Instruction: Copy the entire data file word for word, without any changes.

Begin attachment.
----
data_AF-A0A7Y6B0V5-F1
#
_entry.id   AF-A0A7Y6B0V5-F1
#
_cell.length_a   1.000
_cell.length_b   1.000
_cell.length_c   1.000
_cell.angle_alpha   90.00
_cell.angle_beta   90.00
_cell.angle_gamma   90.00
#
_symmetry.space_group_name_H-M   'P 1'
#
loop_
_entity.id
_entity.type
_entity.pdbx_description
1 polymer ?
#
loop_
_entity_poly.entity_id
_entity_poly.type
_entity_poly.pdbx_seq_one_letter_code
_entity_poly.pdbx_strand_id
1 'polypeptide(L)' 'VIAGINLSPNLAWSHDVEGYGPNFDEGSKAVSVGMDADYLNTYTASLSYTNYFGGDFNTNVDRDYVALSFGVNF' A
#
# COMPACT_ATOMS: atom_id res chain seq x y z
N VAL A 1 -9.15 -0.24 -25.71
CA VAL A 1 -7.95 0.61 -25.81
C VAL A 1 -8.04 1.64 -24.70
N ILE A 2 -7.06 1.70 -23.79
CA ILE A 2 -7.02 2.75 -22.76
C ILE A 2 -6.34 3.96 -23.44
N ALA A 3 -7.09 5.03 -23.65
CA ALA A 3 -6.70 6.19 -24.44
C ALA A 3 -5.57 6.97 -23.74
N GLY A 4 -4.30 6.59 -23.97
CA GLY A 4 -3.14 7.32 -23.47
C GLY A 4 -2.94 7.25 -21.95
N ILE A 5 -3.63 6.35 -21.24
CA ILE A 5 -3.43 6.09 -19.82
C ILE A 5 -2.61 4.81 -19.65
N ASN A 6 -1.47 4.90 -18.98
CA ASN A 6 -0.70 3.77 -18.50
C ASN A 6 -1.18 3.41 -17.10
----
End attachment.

data_AF-A0A7Y6B0V5-F1
#
_entry.id   AF-A0A7Y6B0V5-F1
#
_cell.length_a   1.000
_cell.length_b   1.000
_cell.length_c   1.000
_cell.angle_alpha   90.00
_cell.angle_beta   90.00
_cell.angle_gamma   90.00
#
_symmetry.space_group_name_H-M   'P 1'
#
loop_
_entity.id
_entity.type
_entity.pdbx_description
1 polymer ?
#
loop_
_entity_poly.entity_id
_entity_poly.type
_entity_poly.pdbx_seq_one_letter_code
_entity_poly.pdbx_strand_id
1 'polypeptide(L)' 'VIAGINLSPNLAWSHDVEGYGPNFDEGSKAVSVGMDADYLNTYTASLSYTNYFGGDFNTNVDRDYVALSFGVNF' A
#
# COMPACT_ATOMS: atom_id res chain seq x y z
N VAL A 1 -9.15 -0.24 -25.71
CA VAL A 1 -7.95 0.61 -25.81
C VAL A 1 -8.04 1.64 -24.70
N ILE A 2 -7.06 1.70 -23.79
CA ILE A 2 -7.02 2.75 -22.76
C ILE A 2 -6.34 3.96 -23.44
N ALA A 3 -7.09 5.03 -23.65
CA ALA A 3 -6.70 6.19 -24.44
C ALA A 3 -5.57 6.97 -23.74
N GLY A 4 -4.30 6.59 -23.97
CA GLY A 4 -3.14 7.32 -23.47
C GLY A 4 -2.94 7.25 -21.95
N ILE A 5 -3.63 6.35 -21.24
CA ILE A 5 -3.43 6.09 -19.82
C ILE A 5 -2.61 4.81 -19.65
N ASN A 6 -1.47 4.90 -18.98
CA ASN A 6 -0.70 3.77 -18.50
C ASN A 6 -1.18 3.41 -17.10